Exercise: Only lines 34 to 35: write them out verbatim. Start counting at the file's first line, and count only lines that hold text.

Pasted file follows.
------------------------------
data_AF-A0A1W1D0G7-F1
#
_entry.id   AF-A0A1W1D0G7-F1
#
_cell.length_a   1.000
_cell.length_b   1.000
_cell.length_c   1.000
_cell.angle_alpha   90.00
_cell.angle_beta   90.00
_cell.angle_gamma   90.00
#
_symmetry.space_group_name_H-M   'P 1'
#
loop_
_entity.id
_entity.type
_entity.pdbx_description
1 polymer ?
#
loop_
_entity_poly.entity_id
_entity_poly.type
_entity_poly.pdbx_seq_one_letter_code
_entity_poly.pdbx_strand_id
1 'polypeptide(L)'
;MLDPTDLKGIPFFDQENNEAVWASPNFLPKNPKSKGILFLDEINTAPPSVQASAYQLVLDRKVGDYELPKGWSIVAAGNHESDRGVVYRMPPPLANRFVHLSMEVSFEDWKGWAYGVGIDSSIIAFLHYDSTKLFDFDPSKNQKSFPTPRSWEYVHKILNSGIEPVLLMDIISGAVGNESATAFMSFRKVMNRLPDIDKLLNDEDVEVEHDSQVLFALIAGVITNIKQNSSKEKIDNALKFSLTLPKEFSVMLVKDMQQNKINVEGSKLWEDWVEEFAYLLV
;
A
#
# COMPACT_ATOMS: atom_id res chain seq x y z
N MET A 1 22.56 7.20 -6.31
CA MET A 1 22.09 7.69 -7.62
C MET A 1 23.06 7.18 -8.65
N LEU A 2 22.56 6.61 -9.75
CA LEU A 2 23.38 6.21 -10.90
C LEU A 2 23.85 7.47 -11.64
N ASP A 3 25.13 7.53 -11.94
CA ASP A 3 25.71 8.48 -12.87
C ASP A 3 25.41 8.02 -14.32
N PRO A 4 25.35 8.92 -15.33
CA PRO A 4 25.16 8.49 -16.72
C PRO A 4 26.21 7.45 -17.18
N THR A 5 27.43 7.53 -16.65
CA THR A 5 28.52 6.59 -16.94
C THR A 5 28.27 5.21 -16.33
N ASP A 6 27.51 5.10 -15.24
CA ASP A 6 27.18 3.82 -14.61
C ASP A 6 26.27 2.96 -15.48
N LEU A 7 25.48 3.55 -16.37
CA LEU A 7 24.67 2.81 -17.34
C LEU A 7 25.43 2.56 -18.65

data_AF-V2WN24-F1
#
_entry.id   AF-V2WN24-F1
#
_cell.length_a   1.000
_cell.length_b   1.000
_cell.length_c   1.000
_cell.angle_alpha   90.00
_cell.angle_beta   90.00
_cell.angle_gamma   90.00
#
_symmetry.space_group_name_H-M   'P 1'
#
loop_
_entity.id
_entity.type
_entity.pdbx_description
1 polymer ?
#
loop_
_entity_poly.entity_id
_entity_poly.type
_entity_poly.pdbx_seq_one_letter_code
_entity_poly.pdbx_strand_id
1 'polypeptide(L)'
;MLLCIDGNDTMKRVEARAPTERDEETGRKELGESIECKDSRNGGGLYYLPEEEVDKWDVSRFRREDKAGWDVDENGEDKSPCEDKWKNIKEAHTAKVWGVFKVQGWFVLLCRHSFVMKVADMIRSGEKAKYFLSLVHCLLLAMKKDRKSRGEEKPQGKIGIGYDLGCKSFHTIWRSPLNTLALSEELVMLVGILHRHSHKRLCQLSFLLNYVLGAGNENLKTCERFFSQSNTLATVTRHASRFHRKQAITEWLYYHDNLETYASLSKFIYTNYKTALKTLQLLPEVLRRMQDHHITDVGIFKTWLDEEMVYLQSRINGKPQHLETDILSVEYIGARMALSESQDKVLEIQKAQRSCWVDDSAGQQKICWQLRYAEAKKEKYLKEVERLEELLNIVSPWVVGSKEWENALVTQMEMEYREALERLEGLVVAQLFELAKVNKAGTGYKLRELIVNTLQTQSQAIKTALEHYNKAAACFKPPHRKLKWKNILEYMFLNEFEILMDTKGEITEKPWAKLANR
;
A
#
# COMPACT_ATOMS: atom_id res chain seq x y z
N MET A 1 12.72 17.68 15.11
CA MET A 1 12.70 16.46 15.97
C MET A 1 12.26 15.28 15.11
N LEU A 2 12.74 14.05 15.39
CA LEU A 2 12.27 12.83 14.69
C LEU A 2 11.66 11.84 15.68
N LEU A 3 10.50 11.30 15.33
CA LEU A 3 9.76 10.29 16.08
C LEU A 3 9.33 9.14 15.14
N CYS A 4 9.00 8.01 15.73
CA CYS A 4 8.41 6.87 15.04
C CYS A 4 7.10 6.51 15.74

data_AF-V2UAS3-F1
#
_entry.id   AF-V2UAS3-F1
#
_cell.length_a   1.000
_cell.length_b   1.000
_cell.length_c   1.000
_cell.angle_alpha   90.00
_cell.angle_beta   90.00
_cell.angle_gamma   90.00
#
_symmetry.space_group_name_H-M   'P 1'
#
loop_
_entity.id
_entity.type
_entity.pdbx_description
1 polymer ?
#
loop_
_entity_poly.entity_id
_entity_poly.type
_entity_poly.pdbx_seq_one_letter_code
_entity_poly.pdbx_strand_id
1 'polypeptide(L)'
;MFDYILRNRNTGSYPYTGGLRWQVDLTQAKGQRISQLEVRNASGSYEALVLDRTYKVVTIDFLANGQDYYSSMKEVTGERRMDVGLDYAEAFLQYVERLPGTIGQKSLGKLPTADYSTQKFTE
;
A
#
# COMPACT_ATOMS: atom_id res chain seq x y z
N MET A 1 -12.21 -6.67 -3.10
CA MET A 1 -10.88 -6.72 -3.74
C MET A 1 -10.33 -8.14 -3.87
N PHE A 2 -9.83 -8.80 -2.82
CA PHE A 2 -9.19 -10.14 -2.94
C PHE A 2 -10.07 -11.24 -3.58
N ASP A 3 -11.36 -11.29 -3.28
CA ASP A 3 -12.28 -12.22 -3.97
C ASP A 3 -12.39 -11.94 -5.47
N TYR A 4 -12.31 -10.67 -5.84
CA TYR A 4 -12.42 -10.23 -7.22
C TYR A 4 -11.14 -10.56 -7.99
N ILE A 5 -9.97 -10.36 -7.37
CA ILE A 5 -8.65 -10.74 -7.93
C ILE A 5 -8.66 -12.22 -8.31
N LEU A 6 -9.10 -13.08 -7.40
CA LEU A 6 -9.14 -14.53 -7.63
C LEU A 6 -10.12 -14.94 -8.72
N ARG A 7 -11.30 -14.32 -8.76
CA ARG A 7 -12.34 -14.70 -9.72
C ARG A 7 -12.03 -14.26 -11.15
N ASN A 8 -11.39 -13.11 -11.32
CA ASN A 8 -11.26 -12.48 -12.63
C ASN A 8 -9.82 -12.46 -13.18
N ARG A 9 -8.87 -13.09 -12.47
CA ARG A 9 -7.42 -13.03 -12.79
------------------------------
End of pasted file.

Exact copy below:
N LEU A 2 22.56 6.61 -9.75
CA LEU A 2 23.38 6.21 -10.90